The Crawford court defined “testimony” as “[a] solemn declaration or affirmation made for the purpose of establishing or proving some fact,” Id. at 51, 124 S.Ct. 1354, but “le[ft] for another day any effort to spell out a comprehensive definition of ‘testimonial.’ ”  Id. at 68, 124 S.Ct. 1354.   However, Crawford makes clear that testimonial hearsay “applies at a minimum to prior testimony at a preliminary hearing, before a grand jury, or at a former trial;  and to police interrogations.”  Id.

Crawford also observed that “[m]ost of the hearsay exceptions covered statements that by their nature were not testimonial-for example, business records or statements in furtherance of a conspiracy.”  Id. at 56, 124 S.Ct. 1354.   Some courts have construed this language to mean that any evidence that falls under the business records exception is non-testimonial hearsay.   See, e.g., State v. Kronich, 131 Wash.App. 537, 128 P.3d 119, 123 (2006) (holding that an order revoking defendant's driver's license and a letter from the Department of Licensing stating that the license had not been reinstated were business records, and, therefore, non-testimonial) (citing State v. N.M.K., 129 Wash.App. 155, 118 P.3d 368, 372 (2005) (determining that a letter from the Department of Licensing, which stated that defendant did not have a driver's license, was non-testimonial because it proved the absence of a business record));  Riner v. Commonwealth, 268 Va. 296, 601 S.E.2d 555, 570 (2004) (holding that an entry in a pawn shop journal was not testimonial hearsay because it was a business record).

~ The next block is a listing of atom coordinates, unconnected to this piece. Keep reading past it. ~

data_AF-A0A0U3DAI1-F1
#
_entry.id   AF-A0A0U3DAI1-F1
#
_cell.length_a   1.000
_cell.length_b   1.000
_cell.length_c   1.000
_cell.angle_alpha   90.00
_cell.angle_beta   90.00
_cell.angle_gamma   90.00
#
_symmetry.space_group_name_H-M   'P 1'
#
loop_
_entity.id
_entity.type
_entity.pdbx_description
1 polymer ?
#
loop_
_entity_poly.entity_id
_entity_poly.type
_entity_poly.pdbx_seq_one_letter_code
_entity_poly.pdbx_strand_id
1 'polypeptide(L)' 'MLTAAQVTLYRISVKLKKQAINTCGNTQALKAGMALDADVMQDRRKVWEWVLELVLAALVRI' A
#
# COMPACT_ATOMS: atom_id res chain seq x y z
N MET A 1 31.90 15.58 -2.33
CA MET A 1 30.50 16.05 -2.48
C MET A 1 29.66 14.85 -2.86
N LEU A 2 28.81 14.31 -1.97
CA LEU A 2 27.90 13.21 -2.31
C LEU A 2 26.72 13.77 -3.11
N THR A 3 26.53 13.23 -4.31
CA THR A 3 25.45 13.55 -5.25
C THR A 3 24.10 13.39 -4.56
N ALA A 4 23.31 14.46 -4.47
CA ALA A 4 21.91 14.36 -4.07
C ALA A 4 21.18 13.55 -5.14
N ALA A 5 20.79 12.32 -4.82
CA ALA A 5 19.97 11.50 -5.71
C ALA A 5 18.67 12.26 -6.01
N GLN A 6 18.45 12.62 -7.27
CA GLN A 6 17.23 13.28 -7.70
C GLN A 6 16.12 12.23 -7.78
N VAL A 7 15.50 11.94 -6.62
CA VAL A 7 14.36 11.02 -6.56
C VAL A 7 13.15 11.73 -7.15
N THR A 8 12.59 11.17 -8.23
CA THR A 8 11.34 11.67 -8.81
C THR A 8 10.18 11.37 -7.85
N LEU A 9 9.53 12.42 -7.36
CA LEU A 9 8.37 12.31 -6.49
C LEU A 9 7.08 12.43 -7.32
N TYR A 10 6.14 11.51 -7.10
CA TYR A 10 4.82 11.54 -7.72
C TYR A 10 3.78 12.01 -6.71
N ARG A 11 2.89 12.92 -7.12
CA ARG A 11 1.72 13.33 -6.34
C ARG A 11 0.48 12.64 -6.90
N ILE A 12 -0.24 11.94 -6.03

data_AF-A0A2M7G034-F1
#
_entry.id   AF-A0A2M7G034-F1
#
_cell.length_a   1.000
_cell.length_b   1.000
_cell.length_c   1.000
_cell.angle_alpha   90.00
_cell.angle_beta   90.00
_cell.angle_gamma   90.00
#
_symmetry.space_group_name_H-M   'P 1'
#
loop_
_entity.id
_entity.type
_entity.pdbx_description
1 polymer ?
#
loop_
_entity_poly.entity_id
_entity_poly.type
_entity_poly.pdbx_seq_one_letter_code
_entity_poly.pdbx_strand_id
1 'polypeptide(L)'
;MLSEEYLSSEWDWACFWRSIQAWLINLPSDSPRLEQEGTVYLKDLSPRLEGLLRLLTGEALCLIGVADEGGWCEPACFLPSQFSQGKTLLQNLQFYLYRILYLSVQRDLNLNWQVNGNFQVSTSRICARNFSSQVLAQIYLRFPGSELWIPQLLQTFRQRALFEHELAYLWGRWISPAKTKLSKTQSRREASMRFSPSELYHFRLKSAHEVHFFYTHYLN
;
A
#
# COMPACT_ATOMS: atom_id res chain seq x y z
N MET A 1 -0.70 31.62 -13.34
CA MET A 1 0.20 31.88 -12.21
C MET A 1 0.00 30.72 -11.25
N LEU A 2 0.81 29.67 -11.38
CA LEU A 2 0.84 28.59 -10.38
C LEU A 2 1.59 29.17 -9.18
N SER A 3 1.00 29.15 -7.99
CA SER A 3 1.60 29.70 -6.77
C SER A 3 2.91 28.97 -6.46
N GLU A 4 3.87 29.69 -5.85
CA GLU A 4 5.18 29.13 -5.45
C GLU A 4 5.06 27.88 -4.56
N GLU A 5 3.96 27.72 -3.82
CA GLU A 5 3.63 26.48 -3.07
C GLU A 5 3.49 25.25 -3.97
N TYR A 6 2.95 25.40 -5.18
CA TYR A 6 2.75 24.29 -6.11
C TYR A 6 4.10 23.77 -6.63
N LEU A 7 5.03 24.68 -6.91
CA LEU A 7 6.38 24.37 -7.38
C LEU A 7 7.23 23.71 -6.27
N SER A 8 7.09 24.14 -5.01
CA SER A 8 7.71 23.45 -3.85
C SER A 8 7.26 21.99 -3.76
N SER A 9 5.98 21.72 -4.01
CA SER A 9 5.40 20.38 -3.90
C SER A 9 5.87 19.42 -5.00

Other courts, notably some in Florida, have concluded that despite Crawford's suggestion that all business records are non-testimonial, certain records, which by their nature are accusatory and describe criminal wrongdoing by a defendant, are testimonial even if otherwise admissible as business records, and, therefore, fall under Crawford's proscriptions.   For instance, in Johnson v. State, 929 So.2d 4, 2005 WL 3556038 (Fla. 2d DCA Dec. 30, 2005), the second district court held that a law enforcement lab report, which established the illegal nature of the substance that the defendant possessed and had been prepared pursuant to the police investigation and admitted to establish an element of the charged drug crime, was testimonial hearsay subject to the confrontation clause, even though the report was admitted at trial under the business record exception to the hearsay rule.   In its opinion, the court explained:

The business records exception may have been the vehicle for admitting the report, but the vehicle does not determine the nature of the out-of-court statement.   The nature of the statement is one that is intended to lodge a criminal accusation against a defendant-in other words, it is testimonial.   The out-of-court statement does not lose its testimonial nature merely because it is contained in a business record.